Vapour Meat: a helmet to vape the essence of ‘clean meat’

Animals that fake their appearance to blend in their surrounding and attract their prey, people who fake a delirious state of bliss on social media, girls who prefer fake fur (or ‘fantasy fur’ as Lagerfeld called it) to the real one, etc. Sometimes the fake is just a little bit more desirable than the real. And if you’re worried about animal welfare, broken food systems and the future of our planet, then fake meat, and in particular lab-grown meat, looks like the saviour humanity was waiting for. It will be cruelty free, greenhouse gases free and guilt free. At least that’s the promise.

Devon Ward and Oron Catts, Vapour Meat [HP0.3.1]alpha, 2018. Exhibition view. Image courtesy of the Science Gallery at Trinity College Dublin

Devon Ward and Oron Catts, Vapour Meat [HP0.3.1]alpha, 2018. Exhibition view. Image courtesy of the Science Gallery at Trinity College Dublin

Technological solutions like lab-grown meat come with ethical, ecological and economic costs that receive far less coverage in the press than the cheerful myths and fictions heralded by the proponents of the technology. As previous works by The Tissue Culture & Art Project have demonstrated time and again (from Disembodied Cuisine which pioneered the lab-grown meat practice to Stir Fly, a bioreactor designed to culture and farm in vitro insect meat at home), one of the most contentious aspects of tissue engineering is its use of fetal bovine serum as a nutrient for the cells. Harvested from unborn calves, usually by drawing the blood directly from the heart of the fetus after the pregnant mother is slaughtered, FBS enables the cells to grow and multiply into meat for our consumption.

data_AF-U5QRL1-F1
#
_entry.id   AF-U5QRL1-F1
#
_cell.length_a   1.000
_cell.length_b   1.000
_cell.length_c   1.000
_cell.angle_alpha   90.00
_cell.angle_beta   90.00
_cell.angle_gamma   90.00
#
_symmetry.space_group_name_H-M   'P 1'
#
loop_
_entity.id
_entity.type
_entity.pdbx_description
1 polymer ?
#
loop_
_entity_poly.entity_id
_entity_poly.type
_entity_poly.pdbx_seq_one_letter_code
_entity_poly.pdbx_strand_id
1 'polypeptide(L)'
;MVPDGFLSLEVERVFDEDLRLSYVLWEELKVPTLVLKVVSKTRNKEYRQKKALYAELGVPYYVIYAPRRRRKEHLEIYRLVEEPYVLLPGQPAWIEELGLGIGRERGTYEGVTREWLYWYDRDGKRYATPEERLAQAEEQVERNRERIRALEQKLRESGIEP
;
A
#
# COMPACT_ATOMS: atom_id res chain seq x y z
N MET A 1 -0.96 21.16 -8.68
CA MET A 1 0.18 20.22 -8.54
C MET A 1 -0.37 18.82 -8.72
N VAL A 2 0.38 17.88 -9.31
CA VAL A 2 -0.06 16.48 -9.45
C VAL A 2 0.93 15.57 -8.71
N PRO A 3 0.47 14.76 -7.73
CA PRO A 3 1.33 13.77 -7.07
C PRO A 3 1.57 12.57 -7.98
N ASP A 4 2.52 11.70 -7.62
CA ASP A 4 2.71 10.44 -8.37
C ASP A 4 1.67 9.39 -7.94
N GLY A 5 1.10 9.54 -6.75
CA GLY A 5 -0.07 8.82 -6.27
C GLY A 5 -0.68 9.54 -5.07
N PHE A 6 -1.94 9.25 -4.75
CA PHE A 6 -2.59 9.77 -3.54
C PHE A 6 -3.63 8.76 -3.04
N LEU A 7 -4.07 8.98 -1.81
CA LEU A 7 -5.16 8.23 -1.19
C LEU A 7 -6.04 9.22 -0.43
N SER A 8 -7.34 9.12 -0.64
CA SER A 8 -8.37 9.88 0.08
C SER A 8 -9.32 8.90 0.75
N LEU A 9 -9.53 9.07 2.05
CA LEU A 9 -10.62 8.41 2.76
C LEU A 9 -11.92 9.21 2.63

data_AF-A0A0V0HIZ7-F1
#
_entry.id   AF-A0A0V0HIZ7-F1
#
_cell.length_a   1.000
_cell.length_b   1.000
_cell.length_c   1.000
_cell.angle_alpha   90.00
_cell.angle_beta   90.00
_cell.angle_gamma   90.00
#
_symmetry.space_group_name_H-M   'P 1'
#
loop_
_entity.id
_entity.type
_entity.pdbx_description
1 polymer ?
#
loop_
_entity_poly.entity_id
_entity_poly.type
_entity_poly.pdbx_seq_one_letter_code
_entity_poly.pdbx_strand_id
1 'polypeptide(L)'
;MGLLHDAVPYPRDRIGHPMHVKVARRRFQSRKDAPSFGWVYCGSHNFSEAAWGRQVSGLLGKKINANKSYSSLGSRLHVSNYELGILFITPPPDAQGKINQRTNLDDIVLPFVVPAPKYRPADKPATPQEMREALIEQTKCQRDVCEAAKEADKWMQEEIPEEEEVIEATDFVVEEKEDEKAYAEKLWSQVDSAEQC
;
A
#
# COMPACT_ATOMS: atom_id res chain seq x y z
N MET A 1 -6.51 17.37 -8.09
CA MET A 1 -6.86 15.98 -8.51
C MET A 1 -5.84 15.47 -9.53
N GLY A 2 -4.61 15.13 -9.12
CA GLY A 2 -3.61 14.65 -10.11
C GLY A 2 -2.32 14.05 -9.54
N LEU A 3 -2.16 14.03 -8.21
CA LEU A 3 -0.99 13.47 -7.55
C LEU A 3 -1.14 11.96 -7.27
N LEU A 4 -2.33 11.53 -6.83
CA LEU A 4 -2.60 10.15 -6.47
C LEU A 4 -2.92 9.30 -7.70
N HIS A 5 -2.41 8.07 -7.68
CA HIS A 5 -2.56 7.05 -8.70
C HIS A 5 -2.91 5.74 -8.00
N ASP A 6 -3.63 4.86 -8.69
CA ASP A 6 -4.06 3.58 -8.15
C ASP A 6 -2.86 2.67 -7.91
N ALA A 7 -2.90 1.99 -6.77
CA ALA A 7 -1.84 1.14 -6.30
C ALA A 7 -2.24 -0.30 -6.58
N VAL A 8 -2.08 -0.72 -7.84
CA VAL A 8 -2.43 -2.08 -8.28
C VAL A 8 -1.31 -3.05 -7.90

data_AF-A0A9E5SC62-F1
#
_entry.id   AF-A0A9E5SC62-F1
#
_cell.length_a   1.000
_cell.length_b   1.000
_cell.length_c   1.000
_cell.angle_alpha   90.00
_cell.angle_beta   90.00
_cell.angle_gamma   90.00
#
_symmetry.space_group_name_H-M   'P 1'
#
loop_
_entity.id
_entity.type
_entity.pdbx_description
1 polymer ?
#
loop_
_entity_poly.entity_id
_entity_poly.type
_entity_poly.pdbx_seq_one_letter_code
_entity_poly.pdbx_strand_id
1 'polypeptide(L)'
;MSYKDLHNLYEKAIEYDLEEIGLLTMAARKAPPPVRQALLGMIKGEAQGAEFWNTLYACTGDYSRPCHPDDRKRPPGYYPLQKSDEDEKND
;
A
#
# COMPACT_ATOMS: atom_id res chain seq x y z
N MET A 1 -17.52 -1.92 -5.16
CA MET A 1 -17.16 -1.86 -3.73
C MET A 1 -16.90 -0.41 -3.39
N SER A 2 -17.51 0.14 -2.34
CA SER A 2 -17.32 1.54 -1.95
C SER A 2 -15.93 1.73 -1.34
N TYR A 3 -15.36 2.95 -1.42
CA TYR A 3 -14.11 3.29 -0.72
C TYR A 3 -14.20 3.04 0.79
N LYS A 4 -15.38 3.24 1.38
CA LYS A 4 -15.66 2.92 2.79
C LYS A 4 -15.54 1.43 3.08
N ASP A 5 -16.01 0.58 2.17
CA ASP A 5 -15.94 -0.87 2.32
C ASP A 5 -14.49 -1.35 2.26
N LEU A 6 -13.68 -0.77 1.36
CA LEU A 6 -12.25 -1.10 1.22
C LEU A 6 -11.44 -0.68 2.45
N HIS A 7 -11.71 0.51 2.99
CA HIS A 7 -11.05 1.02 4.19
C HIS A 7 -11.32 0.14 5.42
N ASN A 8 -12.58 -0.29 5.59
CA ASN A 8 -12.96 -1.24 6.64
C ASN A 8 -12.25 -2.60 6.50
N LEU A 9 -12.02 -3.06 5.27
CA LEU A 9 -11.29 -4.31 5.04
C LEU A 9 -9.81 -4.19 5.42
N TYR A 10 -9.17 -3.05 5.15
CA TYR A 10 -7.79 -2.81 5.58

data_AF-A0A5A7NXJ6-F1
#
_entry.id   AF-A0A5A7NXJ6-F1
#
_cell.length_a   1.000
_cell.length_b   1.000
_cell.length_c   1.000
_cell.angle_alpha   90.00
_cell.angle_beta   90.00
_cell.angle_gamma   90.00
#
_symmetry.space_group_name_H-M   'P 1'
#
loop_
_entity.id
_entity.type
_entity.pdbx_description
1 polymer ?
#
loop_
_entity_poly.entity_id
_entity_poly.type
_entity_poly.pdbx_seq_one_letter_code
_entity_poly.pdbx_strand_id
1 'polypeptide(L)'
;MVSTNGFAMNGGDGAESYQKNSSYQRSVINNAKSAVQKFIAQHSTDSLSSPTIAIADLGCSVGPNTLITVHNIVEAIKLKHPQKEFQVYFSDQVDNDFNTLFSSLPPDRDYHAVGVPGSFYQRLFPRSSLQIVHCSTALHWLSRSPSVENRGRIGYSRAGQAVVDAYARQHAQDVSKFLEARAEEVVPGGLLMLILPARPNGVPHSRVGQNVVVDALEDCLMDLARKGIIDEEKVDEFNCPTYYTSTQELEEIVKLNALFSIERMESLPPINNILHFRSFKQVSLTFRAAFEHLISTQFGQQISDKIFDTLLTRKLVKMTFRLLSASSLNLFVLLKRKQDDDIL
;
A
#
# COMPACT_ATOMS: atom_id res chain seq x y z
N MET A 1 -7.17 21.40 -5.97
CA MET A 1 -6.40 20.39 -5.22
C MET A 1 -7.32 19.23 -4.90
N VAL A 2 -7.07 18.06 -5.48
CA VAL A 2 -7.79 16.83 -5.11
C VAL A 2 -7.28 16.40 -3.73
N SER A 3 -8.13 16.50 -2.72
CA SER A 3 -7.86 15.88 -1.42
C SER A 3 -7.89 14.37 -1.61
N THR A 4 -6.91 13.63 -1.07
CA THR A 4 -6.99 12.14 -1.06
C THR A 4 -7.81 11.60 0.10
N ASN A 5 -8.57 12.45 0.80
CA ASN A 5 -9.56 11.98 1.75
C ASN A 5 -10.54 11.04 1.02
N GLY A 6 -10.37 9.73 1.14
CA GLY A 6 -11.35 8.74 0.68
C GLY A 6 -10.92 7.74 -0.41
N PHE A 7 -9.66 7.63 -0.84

There are plant-based alternatives to the FBS of course but their content and formulation is wrapped in IP claims, NDAs and secrecy. And if there’s one thing our food systems need almost as much as the eradication of cruel practices, it’s transparency. This fake meat lack of transparency is reflected in the language adopted by the industry: they talk of “clean meat” and of “cellular agriculture”, for example.

Besides, growing cells in this way is also grossly inefficient. It requires considerable amount of resources and engineering on several levels: replicating the experience of eating meat is not just a question of aspect and taste, it also involves the reproduction of the meat texture, elasticity, smell, etc.